The third take corresponds to the SPL Track One input and, the sound is way silkier. That "metallic fuzz" goes out and, the guitar sounds with a slight roll off in high frequencies, taming the brightness but, making the sound more musical (as if it was routed to a tube amp).
The forth take corresponds to a direct input in Rack 003. Is the one that removes brightness the most, rolling off high frequencies but, it sounds very musical to me, also.
My impression is that to plug the guitar in the SPL Track One pre-amp delivers the best sound of the 4 takes but, sure, it's a matter of personal taste.
I've used a G&L Legacy JB-2, with everything stock.
The clean track was routed to an Amplitube 3 plugin, selecting the amp model SVT-CL, of the Ampeg SVT package.
I've followed same order for these takes as in the case of the electric guitar.
Please, click on the following link to hear the track:
The first take corresponds to the J48 with the PAD active. As in the case of the guitar, this take lets you hear the strings but, the effect isn't so dramatic as in the case of the guitar.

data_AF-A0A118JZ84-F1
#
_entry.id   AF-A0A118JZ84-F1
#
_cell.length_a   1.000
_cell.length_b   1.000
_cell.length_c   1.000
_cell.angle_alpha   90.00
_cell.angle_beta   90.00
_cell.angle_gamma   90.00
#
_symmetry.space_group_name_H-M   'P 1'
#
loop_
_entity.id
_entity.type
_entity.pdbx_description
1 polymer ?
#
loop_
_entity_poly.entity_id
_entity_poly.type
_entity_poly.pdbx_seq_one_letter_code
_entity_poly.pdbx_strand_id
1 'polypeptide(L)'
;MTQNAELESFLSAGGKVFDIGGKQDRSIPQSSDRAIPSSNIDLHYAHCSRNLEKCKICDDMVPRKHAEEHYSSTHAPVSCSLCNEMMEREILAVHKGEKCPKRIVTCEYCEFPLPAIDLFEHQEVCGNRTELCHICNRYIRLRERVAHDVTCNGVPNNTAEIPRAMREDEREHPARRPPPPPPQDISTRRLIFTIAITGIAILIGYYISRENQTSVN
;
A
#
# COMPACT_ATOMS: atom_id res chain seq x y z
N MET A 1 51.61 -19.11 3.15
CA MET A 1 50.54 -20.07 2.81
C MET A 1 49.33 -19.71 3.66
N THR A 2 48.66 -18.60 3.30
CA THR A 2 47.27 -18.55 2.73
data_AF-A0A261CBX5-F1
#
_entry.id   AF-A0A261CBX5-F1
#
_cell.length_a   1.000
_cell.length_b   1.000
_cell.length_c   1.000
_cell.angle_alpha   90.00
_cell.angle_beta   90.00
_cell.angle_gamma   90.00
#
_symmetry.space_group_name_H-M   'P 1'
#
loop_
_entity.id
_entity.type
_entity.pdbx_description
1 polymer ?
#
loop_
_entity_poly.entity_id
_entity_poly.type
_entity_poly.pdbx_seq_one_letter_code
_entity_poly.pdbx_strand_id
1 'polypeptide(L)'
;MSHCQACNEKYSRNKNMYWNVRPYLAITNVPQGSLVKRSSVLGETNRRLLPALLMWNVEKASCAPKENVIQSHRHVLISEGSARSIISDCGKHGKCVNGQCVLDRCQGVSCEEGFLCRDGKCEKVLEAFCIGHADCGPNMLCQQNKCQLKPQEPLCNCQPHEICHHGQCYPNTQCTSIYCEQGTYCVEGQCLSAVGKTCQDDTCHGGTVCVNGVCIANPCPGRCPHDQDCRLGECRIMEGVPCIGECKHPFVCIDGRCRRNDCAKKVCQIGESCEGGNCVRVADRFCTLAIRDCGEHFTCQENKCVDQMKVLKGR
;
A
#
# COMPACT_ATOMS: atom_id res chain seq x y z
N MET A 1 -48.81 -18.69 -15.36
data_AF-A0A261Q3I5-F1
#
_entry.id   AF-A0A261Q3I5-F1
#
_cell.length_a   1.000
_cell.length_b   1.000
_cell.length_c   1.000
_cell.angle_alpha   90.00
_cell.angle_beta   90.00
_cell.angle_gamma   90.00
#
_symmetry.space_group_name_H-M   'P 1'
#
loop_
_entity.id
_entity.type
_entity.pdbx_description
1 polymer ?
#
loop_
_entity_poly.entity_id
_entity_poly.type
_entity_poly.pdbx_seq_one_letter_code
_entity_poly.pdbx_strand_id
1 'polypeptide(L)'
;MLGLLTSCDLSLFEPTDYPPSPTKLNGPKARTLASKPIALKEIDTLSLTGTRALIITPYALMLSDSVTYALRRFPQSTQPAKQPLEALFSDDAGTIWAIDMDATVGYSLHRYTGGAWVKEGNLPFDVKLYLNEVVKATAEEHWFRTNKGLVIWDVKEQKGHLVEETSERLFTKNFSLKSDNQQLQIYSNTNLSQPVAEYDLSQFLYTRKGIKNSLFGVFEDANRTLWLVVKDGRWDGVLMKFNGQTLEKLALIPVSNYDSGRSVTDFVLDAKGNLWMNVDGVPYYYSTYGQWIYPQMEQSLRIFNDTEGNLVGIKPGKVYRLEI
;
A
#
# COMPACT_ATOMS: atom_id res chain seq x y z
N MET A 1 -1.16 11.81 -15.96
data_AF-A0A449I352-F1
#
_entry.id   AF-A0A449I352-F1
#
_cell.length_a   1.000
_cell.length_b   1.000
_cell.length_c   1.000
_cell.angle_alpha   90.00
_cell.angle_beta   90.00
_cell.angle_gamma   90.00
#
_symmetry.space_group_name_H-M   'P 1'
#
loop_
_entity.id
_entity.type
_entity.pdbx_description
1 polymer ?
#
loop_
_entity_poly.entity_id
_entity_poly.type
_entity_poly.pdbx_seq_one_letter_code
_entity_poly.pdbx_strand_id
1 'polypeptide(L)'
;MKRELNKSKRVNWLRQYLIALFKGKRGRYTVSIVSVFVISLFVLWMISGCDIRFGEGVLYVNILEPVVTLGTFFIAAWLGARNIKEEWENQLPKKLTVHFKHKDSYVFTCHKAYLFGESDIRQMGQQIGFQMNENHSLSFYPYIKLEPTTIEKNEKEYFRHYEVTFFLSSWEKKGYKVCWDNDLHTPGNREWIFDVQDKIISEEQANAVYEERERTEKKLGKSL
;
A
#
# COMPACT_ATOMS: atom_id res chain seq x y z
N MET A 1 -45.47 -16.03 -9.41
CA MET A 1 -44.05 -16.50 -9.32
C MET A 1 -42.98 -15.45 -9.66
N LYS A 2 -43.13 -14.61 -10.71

The second take corresponds to the J48 without the PAD. Also, the "metallic fuzz" is being tamed a bit and, the sound is a tad more round.
The third take corresponds to the SPL Track One. Once more, the "metallic fuzz" goes out and, the sound is more round and musical.
The forth take corresponds to the direct input of Rack 003. Once again, is the input with less brightness but, still very musical.
The take to choose will depend on the effect we are looking for. If we wanted a very acoustic bass sound, J48 seems the best option but, if we are worried about that "metallic fuzz" sound, the SPL Track One seems to me the best option.
- The J48 enhances the acoustic aspects of the instruments. It's catching the metallic noise of frets and strings. Possibly, it has a better application for acoustic guitars or when you want a very "unplugged" sound. With single pickups it can sound very thin and excessively acoustic.